Why Do People Share? Unraveling the Emotion Behind Sharing
Sharing is a fundamental part of the human experience.
From the early days of our existence, sharing stories around campfires to the modern age of reposting memes on social media, the urge to share has remained consistent.
But why do we do it?
When we look beyond the confines of the office, where sharing information is typically a practical necessity, we find that outside this realm, sharing is driven by profound emotional motives. In a study titled 'Sharing' by Russell Bek published in The Journal of Consumer Research, the act of sharing is described as a "fundamental consumer behavior" that is distinct from commodity exchange and gift giving (Bek, 2010).
Sharing, as Bek highlights, has ancient roots and plays a pivotal role in a range of consumption-related issues, from household resources to intellectual property rights.
Adding to the depth of our understanding, a study by Chen, Drennan, & Andrews in the Journal of Marketing Management in 2012 introduces the concept of "experience sharing."
They conceptualize this as a value creation effort specifically for the benefit of others. Their study emphasizes the importance of 'value-in-experience' as an effort-based value creation and recognizes 'value initiators' as actors who perform this experience sharing (Chen et al., 2012). Their work offers a fresh perspective, suggesting that sharing is not just about conveying information but also about crafting and sharing experiences that bring value to others.
Let's dive into some of the emotional reasons why people share:
We Want to Influence: The desire to influence others is deep-rooted in our psyche. By sharing our opinions, beliefs, and values, we hope to sway others to see the world as we do. In an age of digital activism, where 'likes' and 'shares' translate to validation, influencing others is not just a personal desire but a powerful tool to bring about change.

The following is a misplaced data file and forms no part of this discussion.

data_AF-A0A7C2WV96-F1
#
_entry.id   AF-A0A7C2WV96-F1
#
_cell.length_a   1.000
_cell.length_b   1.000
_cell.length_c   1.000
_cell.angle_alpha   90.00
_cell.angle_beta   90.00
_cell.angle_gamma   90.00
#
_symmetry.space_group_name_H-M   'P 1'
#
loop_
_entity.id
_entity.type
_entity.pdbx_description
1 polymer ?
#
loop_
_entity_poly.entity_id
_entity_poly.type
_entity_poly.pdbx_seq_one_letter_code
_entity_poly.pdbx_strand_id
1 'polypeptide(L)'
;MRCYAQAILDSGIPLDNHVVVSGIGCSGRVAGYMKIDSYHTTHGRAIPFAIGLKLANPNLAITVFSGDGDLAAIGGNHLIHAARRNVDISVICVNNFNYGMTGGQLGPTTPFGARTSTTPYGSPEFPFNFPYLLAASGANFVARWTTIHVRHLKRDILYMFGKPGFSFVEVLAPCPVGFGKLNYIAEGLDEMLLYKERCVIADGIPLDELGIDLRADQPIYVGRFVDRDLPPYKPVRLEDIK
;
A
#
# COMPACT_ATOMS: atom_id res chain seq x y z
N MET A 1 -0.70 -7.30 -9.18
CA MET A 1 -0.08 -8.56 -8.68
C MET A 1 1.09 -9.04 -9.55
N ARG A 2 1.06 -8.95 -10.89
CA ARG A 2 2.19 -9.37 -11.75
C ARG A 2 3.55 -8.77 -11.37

We Want to Entertain: Humans are natural storytellers. For millennia, we have found joy in entertaining our peers with tales of our exploits or sharing humorous anecdotes. With the rise of social media platforms, this intrinsic need to entertain has found a new outlet. Memes, GIFs, and short videos provide a quick and efficient way for us to bring a smile to someone's face or offer them a brief escape from their day-to-day routine. By sharing such content, we not only entertain but also strengthen our social bonds.
We Want to Impress: The need for social validation is a powerful driver for many of our actions. When we share our achievements, whether it's a personal milestone like running a marathon or a professional accomplishment like receiving a promotion, we're not just updating our peers. We're subtly seeking their admiration and validation. This isn't necessarily born out of vanity but rather a desire to be seen, acknowledged, and valued within our social circles.
We Want to Ask for Help: Sharing isn't always about projecting outward; sometimes, it's a call for support. Whether we're facing a personal challenge or are curious about a topic, sharing allows us to tap into the collective wisdom and experience of our network. By opening up and showing vulnerability, we invite others to offer their insights, advice, or simply lend a listening ear. This form of sharing underscores the fundamental human need for connection and support.
We Want to Connect: At our core, we all have an intrinsic desire to be seen in a positive light by our peers. Sharing funny anecdotes, clever observations, or showcasing our talents allows us to put our best foot forward. It's a way to define our identity and present the facets of our personality that we're most proud of. It's not just about seeking validation but creating a narrative of who we are and how we want the world to perceive us.
Sharing is far more than a mere exchange of information. It's an age-old behavior deeply rooted in our emotions and social constructs, as emphasized by both Bek's research (2010) and the insights from Chen et al.'s exploration of experience sharing (2012). Understanding the underlying emotional triggers of why we share can help us foster deeper and more meaningful connections in an ever-evolving digital age.
Bek, R. (2010). Sharing. The Journal of Consumer Research, 36(5).
Chen, T., Drennan, J., & Andrews, L. (2012). Experience sharing. Journal of Marketing Management, 28.
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